Borinda fungosa seedling was holding on very well down to -5°C. Soon night temperature dropped down to -7°C and many of the leaves got damaged. Leaves that remained undamaged, surprisingly remained unfolded even during sunny and windy weather. It did loose all the shoots from this autumn, as it did last winter, but this time, some of them remained tall, only loosing their fragile top. Perhaps in the spring, they will begin the branching process. Cold weather persisted for around two weeks, daily highs were slightly above or below freezing, it was sunny and windy most of the time. Morning low temperatures were between -5°C and -8°C. This is it’s second winter outside, I’ll see how it resists cold. Last year when it was covered in thick layer of snow most of the winter, it managed to keep most of the leaves intact.
Well, the problem with all that snow insulation was weight. Heavy wet snow broke all the taller culms and only a couple of old tiny ones remained. Dead shoots that grew in late fall were not all dead, one of them managed to grow branches around the lowest node, that was buried under thick layer of mulch.
After almost a month of very cold weather, with fog persisting through most of the day, with day temperature slightly below freezing, leafs managed to unfold, showing the damage. It looks like most, if not all, leaves were completely killed or badly damaged. Culms and branches are showing their dark brown color and they seem to be alive even after prolonged period of cold weather. Hopefully in 4 months we’ll get some warm weather for it to recover.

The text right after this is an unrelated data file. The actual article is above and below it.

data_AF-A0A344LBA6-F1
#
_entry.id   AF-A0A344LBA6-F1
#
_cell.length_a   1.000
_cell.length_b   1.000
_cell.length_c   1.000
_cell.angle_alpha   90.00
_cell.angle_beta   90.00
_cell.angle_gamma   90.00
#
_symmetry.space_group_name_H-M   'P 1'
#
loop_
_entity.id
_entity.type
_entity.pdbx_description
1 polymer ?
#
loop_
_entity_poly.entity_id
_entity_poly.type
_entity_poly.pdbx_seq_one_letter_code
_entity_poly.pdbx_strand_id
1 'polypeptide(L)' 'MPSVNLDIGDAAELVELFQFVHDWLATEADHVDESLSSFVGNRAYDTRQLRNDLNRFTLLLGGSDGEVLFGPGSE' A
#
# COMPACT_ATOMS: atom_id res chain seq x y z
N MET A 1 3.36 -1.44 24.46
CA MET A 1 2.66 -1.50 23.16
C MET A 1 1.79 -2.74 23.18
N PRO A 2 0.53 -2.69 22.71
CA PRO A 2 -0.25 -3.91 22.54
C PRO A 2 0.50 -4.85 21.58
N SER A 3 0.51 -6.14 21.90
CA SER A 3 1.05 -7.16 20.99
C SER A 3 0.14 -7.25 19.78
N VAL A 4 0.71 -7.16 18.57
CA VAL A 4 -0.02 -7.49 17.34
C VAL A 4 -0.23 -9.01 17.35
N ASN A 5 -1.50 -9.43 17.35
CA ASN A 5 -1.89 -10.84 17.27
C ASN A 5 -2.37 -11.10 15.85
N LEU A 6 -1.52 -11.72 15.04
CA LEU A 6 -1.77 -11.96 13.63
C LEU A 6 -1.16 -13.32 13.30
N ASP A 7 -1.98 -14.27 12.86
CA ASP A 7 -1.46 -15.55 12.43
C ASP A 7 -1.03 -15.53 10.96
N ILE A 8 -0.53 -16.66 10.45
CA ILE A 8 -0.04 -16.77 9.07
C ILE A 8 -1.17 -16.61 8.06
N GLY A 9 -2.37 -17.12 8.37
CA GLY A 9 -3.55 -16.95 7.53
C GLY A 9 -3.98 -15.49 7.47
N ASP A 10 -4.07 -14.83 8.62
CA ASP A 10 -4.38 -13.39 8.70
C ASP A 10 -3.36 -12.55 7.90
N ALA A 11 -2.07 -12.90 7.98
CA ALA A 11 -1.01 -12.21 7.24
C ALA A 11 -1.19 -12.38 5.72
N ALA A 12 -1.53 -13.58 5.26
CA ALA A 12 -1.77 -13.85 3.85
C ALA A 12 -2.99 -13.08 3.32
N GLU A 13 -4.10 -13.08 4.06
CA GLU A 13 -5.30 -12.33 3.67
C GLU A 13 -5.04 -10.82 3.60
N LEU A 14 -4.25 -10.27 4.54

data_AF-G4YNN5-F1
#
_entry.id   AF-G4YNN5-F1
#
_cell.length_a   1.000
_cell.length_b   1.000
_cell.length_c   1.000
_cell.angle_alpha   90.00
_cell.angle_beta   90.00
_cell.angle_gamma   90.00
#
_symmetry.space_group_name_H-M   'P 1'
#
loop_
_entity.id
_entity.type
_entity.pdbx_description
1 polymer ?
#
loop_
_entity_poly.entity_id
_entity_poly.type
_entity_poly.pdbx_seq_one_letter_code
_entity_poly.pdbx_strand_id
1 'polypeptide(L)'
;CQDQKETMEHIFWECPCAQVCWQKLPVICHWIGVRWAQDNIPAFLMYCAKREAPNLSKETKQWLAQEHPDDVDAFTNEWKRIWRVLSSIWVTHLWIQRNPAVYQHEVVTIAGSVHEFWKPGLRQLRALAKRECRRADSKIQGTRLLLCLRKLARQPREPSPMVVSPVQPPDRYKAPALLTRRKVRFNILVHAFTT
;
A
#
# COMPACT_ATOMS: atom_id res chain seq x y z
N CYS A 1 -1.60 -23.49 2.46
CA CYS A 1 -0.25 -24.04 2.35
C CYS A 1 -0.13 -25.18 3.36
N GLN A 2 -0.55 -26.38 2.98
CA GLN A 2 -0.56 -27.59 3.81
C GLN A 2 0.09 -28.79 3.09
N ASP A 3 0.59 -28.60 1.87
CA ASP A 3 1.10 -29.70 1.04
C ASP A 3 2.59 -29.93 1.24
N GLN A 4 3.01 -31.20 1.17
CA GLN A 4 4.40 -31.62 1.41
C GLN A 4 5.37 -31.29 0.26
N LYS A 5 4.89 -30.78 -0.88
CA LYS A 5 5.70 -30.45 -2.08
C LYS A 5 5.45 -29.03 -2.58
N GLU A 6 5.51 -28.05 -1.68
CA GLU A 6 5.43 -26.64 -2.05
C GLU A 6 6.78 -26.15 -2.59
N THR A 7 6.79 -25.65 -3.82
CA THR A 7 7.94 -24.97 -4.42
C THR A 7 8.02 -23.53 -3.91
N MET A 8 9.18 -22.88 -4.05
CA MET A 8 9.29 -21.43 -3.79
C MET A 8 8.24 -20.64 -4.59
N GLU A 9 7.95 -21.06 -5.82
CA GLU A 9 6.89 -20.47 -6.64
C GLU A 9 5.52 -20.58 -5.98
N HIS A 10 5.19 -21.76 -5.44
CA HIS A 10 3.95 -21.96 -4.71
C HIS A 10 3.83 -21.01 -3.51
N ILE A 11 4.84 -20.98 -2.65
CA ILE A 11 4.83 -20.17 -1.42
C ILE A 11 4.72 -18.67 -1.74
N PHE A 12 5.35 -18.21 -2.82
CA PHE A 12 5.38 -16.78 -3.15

Phyllostachys pubescens ‘Moso’ seedling that escaped it’s pot is showing moderate leaf damage. It’s evident, that there’s almost no damage on the escaped part of bamboo that ran out of the pot two seasons ago. Leaves that were pale during the summer and showed some kind of stress, wilted after first heavy frost. Dark green leaves mostly remained undamaged, but they do tend to wilt when exposed to sun. Wilting is normal, because soil already got frozen on top and bamboo have to save water inside it’s leaves.
The part that escaped managed to put out numerous runners and a couple of shoots that barely poked out through the mulch. They are most likely whip shoots that missed their growing season. So far they haven’t got soft and are most likely alive, waiting to resume in the spring. Last year, pot ended up as home of mice family that stayed there throughout the winter. They didn’t do much damage, but there were holes all around the pot and I’m sure there was some root damage. Well, better mice than voles! They can devastate whole bamboo clumps.
Umbrella palm seedlings, planted around the garden and inside the pond didn’t take the cold well. First hard frost killed everything above the soil/water level, and most likely, rhizomes as well. We’ll see if it restarts in the spring, if not, I still have one large seedling kept safely inside.
At first dark green damaged leaves turned into straw color. They’ve kept their appearance as they would still be alive. Dry clumps of umbrella papyrus are looking quite good. I’m going to keep them for a while, if rain or snow doesn’t make them look ugly that is.